Social Justice and Your Career

Many of us are engaged in social justice issues on campus and want to continue to engage with these issues in the future. Last week, we hosted “Social Justice and Your Career” to explore what it means to use your career as a platform for social justice work.

We hosted three incredible speakers…

Natalie Bridgeman Fields, Founder and Executive Director of Accountability Counsel

Annie Lee, Equal Justice Works Fellow at the National Center for Youth Law

Kathy Martinez, Associate Director at Stanford Diversity and First-Gen Office

social justice flier.jpg

Our panelists represented a variety of social justice interests – education, poverty, racial justice, representation, environmental justice, etc. – and it was clear that they translated their passion into meaningful work. While discussing their careers, they also shared their insight into how to build a sustainable social justice career.

Social justice work has many rewards

Our panelists defined social justice as respecting people’s dignity and shifting power dynamics. This means challenging the status quo and supporting greater representation for people of all backgrounds. They recommend being true to ourselves and our own passions throughout our career. We should keep social justice issues at the forefront of our minds.

It’s truly awesome to work on something you feel passionate about and to feel like your work is meaningful and important. When you engage closely with the communities you serve, you can see the direct effects of your work. Working on causes that directly impact people’s lives is one of the greatest rewards of social justice careers.

Social justice work can be challenging

Our panelists emphasized that doing effective social justice work requires understanding and engaging with the communities we serve. Working closely with challenging issues can also be frustrating, saddening, or cause guilt when we don’t live up to our goals.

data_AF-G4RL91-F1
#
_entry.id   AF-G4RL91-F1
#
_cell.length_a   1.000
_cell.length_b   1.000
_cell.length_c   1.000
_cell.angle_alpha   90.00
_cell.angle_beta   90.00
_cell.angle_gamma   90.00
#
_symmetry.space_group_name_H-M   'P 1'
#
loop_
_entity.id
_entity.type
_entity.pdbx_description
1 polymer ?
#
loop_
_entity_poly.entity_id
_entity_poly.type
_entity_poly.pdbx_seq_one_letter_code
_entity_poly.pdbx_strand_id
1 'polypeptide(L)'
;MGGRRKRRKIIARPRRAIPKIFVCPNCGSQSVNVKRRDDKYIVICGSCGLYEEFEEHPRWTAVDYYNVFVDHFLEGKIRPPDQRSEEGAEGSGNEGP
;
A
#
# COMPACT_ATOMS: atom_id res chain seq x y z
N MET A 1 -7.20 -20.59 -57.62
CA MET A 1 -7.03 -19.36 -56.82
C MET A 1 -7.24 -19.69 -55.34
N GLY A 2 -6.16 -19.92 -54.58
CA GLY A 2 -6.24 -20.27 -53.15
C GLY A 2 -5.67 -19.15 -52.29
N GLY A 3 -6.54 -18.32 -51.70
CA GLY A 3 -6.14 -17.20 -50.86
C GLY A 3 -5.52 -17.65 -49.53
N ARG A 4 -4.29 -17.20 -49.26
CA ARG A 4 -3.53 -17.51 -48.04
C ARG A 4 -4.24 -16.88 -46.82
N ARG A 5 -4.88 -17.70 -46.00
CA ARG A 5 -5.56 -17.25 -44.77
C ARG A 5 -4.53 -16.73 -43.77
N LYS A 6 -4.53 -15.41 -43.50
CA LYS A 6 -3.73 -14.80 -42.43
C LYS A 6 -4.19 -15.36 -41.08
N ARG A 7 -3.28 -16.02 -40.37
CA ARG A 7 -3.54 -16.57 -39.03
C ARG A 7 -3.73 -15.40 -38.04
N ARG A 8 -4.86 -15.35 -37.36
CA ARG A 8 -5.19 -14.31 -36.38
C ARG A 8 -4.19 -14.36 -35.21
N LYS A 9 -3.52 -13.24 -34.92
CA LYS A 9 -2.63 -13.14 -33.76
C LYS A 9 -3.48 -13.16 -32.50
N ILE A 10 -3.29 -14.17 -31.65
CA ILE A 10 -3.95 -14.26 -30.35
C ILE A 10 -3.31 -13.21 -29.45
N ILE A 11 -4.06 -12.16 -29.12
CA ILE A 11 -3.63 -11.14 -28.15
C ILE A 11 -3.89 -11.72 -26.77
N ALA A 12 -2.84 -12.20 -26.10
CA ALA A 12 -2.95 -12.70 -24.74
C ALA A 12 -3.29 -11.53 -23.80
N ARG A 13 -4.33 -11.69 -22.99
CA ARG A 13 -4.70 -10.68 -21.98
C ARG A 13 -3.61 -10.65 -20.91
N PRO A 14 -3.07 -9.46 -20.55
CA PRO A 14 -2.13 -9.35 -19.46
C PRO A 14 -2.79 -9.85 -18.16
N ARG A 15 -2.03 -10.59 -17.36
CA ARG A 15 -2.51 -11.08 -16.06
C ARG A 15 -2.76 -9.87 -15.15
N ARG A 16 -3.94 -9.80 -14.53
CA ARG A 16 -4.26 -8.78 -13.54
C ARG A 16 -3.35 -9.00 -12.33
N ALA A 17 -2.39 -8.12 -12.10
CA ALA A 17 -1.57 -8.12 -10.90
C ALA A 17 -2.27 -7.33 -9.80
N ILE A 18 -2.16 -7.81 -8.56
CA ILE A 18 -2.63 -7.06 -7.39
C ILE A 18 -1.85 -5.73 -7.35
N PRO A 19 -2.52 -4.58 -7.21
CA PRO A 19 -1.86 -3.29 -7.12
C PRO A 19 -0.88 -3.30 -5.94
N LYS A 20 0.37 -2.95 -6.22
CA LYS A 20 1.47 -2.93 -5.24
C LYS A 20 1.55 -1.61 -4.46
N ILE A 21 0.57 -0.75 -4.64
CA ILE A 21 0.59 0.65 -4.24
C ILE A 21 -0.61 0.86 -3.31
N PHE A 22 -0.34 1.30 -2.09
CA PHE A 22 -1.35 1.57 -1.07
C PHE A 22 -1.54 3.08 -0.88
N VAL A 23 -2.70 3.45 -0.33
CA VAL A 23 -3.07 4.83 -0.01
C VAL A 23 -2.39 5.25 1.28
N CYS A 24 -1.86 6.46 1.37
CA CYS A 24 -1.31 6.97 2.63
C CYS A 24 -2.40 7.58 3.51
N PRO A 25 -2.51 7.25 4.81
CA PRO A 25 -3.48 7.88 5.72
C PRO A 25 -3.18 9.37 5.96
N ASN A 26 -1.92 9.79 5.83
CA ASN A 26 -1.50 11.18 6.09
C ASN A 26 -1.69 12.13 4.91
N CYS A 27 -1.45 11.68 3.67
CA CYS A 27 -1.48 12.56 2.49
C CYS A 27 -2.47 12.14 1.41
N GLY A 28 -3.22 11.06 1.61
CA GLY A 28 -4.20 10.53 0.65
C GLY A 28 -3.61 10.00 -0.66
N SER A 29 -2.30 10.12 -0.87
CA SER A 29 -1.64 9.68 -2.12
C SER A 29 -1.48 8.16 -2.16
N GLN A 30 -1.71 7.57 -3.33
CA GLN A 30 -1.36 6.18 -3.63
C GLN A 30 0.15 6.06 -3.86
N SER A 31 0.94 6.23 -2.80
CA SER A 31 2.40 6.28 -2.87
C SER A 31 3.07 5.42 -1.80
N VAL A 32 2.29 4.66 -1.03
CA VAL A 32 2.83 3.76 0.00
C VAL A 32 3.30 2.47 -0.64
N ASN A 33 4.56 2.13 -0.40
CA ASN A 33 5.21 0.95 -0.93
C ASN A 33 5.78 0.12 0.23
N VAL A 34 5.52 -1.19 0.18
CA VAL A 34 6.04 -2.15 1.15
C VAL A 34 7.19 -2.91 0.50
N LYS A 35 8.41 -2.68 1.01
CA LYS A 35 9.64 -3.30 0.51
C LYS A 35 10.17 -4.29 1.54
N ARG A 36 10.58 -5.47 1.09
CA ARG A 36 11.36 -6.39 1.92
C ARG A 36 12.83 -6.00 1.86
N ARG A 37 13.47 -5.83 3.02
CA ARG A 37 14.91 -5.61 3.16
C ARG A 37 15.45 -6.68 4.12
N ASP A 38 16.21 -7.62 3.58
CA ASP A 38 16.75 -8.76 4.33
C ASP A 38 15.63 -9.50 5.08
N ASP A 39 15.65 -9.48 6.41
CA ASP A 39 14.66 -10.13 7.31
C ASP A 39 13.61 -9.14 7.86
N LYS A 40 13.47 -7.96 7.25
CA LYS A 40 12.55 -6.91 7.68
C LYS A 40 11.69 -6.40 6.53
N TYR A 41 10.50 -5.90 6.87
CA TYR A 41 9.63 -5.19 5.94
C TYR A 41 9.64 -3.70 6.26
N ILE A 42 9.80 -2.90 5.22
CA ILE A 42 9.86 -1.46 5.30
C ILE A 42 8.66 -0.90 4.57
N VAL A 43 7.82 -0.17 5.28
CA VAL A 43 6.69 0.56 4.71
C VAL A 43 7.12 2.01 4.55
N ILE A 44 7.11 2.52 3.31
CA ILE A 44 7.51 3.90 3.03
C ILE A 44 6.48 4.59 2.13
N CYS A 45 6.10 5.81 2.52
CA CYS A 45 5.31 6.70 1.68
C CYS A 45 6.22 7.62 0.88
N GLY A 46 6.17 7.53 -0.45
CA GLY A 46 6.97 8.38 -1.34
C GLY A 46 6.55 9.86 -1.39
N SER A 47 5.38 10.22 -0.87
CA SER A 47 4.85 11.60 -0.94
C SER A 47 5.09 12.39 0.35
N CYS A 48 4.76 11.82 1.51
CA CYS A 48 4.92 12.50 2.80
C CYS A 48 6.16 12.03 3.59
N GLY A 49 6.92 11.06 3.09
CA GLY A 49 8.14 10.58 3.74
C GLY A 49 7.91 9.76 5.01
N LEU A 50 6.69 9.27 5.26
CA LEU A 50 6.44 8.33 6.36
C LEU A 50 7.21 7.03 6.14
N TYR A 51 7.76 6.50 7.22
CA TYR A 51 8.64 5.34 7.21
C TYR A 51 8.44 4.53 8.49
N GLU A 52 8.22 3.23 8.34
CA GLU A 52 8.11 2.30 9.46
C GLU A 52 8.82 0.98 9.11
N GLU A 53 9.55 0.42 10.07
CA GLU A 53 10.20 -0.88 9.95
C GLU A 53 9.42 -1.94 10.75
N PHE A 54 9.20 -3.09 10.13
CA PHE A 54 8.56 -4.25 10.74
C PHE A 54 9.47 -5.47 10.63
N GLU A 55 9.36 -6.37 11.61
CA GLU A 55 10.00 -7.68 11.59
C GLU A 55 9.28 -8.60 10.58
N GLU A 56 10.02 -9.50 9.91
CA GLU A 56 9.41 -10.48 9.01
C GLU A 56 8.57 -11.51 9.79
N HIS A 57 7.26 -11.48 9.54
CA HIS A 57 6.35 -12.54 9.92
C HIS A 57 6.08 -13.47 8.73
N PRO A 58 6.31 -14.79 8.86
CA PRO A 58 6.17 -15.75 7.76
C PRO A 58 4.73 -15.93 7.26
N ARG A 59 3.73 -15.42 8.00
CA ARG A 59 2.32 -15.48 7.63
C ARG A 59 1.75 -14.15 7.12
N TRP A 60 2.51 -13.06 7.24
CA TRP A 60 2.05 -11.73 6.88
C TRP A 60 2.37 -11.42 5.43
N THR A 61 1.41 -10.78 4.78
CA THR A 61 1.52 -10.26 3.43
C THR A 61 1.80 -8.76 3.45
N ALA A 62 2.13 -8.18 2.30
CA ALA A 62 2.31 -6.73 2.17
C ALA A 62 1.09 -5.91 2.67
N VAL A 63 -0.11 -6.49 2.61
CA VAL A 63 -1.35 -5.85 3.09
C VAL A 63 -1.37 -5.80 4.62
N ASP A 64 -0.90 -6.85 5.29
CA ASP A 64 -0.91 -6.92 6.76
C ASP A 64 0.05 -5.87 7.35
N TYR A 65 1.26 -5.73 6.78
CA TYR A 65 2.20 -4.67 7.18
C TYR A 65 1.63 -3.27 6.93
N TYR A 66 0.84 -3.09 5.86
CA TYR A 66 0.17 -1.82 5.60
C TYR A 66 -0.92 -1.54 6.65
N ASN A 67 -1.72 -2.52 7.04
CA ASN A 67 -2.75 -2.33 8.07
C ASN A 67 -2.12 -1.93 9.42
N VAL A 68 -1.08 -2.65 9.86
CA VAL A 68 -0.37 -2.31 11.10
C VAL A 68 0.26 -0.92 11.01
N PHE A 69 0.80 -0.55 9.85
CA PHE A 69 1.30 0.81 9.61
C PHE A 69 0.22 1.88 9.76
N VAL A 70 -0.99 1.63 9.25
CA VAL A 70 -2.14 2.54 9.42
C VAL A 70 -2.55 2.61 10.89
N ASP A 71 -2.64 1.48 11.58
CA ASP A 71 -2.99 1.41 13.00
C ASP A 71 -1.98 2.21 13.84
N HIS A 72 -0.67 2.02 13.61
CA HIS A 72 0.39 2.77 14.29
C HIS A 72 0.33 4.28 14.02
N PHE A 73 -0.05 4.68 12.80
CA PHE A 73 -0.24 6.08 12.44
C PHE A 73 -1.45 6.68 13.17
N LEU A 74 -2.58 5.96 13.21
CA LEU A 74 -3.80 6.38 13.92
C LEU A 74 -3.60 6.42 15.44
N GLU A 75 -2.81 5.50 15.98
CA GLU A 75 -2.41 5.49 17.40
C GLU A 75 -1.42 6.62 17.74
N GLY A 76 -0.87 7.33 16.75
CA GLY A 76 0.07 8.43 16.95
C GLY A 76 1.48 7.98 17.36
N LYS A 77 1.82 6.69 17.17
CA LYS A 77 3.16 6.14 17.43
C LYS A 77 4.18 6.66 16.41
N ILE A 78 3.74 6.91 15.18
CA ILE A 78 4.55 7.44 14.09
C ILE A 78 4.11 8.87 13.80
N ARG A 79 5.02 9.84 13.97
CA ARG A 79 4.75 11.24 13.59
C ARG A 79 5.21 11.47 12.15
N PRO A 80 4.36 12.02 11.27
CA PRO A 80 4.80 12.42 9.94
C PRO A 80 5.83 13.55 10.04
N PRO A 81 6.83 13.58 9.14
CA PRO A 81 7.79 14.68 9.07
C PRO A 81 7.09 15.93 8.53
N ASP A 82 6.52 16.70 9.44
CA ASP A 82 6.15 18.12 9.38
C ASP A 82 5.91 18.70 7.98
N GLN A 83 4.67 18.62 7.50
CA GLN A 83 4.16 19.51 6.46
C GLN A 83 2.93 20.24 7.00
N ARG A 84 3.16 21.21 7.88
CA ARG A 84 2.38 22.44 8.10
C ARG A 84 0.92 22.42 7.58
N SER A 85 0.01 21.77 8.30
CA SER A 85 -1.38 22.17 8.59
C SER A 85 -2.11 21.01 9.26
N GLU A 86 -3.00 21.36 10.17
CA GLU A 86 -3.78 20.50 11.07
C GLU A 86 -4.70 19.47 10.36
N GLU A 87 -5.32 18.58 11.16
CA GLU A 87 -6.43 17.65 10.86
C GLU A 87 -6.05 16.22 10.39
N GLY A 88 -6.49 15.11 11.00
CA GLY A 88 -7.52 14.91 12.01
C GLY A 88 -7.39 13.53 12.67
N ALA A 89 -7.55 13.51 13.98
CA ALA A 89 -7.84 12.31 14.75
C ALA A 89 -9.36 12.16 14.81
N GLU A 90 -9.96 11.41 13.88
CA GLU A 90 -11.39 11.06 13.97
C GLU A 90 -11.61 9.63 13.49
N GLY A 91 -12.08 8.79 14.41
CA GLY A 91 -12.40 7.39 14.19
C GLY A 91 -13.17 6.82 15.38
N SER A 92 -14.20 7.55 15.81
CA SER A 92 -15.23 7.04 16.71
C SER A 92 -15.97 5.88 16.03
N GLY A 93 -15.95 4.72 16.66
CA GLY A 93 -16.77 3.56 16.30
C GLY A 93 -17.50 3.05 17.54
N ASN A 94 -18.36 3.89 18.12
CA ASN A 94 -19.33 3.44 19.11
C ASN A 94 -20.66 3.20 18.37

There can be other challenges to social justice careers as well. Society may not appear to value our work as much as it’s worth. Our guests mentioned that the pay in social justice roles is often low. In order to thrive and be as effective as possible, it’s important to balance selflessness with knowing our worth. Sometimes we have to make compromises or transitions throughout our career to balance our needs and goals.

Self care is key!

After discussing the rewards and challenges of social justice work, we started talking about how to take care of ourselves while going through the various stages of our careers. With a lot of challenging and stressful things going on in the world, we have to take care of ourselves in order to be ready to make a broader impact. Self care is often challenging, but it’s incredibly important.

Self care takes a lot of different forms, and you can find what works for you! For some people, self care means exercise, meditation, or spending time with friends. We have to find a balance between work, social justice engagement, and other aspects of life. A community and support system are also crucial! There are a lot of people with similar interests and experiences, so tap into this network.

There are many ways to incorporate social justice into our life!

Social justice issues permeate every part of society. It is important to be intentional with our work and the way it influences those around us.

It’s also important to recognize that a lot of learning will also happen throughout your career. Sometimes we have to do trial by error and learn from our mistakes. We might not find the perfect balance right away. Everything we do can be a step towards reaching a goal, as long as we are learning. There’s no clear path forward— it is important to have a long-term plan and a set of values, while still being flexible.

Join us in bringing social justice into our life paths! Engage others in the conversations. Look around at the tables you’re sitting in. Who’s there? Who’s not? How can we bring underrepresented people to the table?

Posted by Annie and Belce


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